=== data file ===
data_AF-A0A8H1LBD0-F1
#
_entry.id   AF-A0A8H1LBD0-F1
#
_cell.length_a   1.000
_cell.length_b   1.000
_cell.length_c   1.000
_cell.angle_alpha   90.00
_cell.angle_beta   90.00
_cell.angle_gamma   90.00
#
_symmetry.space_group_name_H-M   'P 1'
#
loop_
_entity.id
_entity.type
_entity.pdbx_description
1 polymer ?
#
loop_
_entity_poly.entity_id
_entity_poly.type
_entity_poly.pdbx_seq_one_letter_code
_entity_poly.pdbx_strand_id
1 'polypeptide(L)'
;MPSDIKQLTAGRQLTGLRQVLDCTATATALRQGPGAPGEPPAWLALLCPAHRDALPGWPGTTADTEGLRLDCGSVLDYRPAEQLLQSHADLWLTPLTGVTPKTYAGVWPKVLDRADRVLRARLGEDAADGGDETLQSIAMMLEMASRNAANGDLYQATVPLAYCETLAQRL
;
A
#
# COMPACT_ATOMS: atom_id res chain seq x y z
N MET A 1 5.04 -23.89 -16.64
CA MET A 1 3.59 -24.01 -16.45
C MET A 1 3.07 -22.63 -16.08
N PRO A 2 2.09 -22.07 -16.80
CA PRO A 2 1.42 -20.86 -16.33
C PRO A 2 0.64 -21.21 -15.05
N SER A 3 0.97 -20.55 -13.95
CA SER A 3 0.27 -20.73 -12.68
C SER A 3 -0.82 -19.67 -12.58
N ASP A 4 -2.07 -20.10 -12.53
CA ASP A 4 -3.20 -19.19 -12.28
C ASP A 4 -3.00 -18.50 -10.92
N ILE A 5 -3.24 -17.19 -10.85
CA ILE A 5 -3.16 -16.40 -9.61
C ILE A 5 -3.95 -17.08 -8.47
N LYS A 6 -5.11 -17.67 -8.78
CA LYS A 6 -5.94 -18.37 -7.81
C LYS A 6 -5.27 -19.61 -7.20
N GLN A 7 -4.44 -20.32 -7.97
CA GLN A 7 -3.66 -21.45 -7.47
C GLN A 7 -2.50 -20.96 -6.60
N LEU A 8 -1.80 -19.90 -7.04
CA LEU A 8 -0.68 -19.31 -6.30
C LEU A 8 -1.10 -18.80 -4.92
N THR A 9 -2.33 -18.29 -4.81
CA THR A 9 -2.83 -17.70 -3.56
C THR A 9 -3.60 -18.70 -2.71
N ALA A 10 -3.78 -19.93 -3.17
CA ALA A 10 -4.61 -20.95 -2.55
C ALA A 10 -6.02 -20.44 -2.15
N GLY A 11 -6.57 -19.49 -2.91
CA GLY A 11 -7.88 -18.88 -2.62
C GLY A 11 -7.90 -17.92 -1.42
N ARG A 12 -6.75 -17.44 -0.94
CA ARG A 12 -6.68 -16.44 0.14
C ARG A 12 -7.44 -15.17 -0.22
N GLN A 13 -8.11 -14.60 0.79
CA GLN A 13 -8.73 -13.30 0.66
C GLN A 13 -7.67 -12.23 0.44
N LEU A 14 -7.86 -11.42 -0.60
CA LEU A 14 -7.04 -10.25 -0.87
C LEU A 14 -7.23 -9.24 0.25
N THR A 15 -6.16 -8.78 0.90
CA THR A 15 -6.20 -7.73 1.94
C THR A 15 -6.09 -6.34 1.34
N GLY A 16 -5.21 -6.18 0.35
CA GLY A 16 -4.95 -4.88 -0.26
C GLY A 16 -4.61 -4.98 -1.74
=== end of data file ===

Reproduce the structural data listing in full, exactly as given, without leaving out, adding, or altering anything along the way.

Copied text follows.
data_AF-A0A8H1LBD0-F1
#
_entry.id   AF-A0A8H1LBD0-F1
#
_cell.length_a   1.000
_cell.length_b   1.000
_cell.length_c   1.000
_cell.angle_alpha   90.00
_cell.angle_beta   90.00
_cell.angle_gamma   90.00
#
_symmetry.space_group_name_H-M   'P 1'
#
loop_
_entity.id
_entity.type
_entity.pdbx_description
1 polymer ?
#
loop_
_entity_poly.entity_id
_entity_poly.type
_entity_poly.pdbx_seq_one_letter_code
_entity_poly.pdbx_strand_id
1 'polypeptide(L)'
;MPSDIKQLTAGRQLTGLRQVLDCTATATALRQGPGAPGEPPAWLALLCPAHRDALPGWPGTTADTEGLRLDCGSVLDYRPAEQLLQSHADLWLTPLTGVTPKTYAGVWPKVLDRADRVLRARLGEDAADGGDETLQSIAMMLEMASRNAANGDLYQATVPLAYCETLAQRL
;
A
#
# COMPACT_ATOMS: atom_id res chain seq x y z
N MET A 1 5.04 -23.89 -16.64
CA MET A 1 3.59 -24.01 -16.45
C MET A 1 3.07 -22.63 -16.08
N PRO A 2 2.09 -22.07 -16.80
CA PRO A 2 1.42 -20.86 -16.33
C PRO A 2 0.64 -21.21 -15.05
N SER A 3 0.97 -20.55 -13.95
CA SER A 3 0.27 -20.73 -12.68
C SER A 3 -0.82 -19.67 -12.58
N ASP A 4 -2.07 -20.10 -12.53
CA ASP A 4 -3.20 -19.19 -12.28
C ASP A 4 -3.00 -18.50 -10.92
N ILE A 5 -3.24 -17.19 -10.85
CA ILE A 5 -3.16 -16.40 -9.61
C ILE A 5 -3.95 -17.08 -8.47
N LYS A 6 -5.11 -17.67 -8.78
CA LYS A 6 -5.94 -18.37 -7.81
C LYS A 6 -5.27 -19.61 -7.20
N GLN A 7 -4.44 -20.32 -7.97
CA GLN A 7 -3.66 -21.45 -7.47
C GLN A 7 -2.50 -20.96 -6.60
N LEU A 8 -1.80 -19.90 -7.04
CA LEU A 8 -0.68 -19.31 -6.30
C LEU A 8 -1.10 -18.80 -4.92
N THR A 9 -2.33 -18.29 -4.81
CA THR A 9 -2.83 -17.70 -3.56
C THR A 9 -3.60 -18.70 -2.71
N ALA A 10 -3.78 -19.93 -3.17
CA ALA A 10 -4.61 -20.95 -2.55
C ALA A 10 -6.02 -20.44 -2.15
N GLY A 11 -6.57 -19.49 -2.91
CA GLY A 11 -7.88 -18.88 -2.62
C GLY A 11 -7.90 -17.92 -1.42
N ARG A 12 -6.75 -17.44 -0.94
CA ARG A 12 -6.68 -16.44 0.14
C ARG A 12 -7.44 -15.17 -0.22
N GLN A 13 -8.11 -14.60 0.79
CA GLN A 13 -8.73 -13.30 0.66
C GLN A 13 -7.67 -12.23 0.44
N LEU A 14 -7.86 -11.42 -0.60
CA LEU A 14 -7.04 -10.25 -0.87
C LEU A 14 -7.23 -9.24 0.25
N THR A 15 -6.16 -8.78 0.90
CA THR A 15 -6.20 -7.73 1.94
C THR A 15 -6.09 -6.34 1.34
N GLY A 16 -5.21 -6.18 0.35
CA GLY A 16 -4.95 -4.88 -0.26
C GLY A 16 -4.61 -4.98 -1.74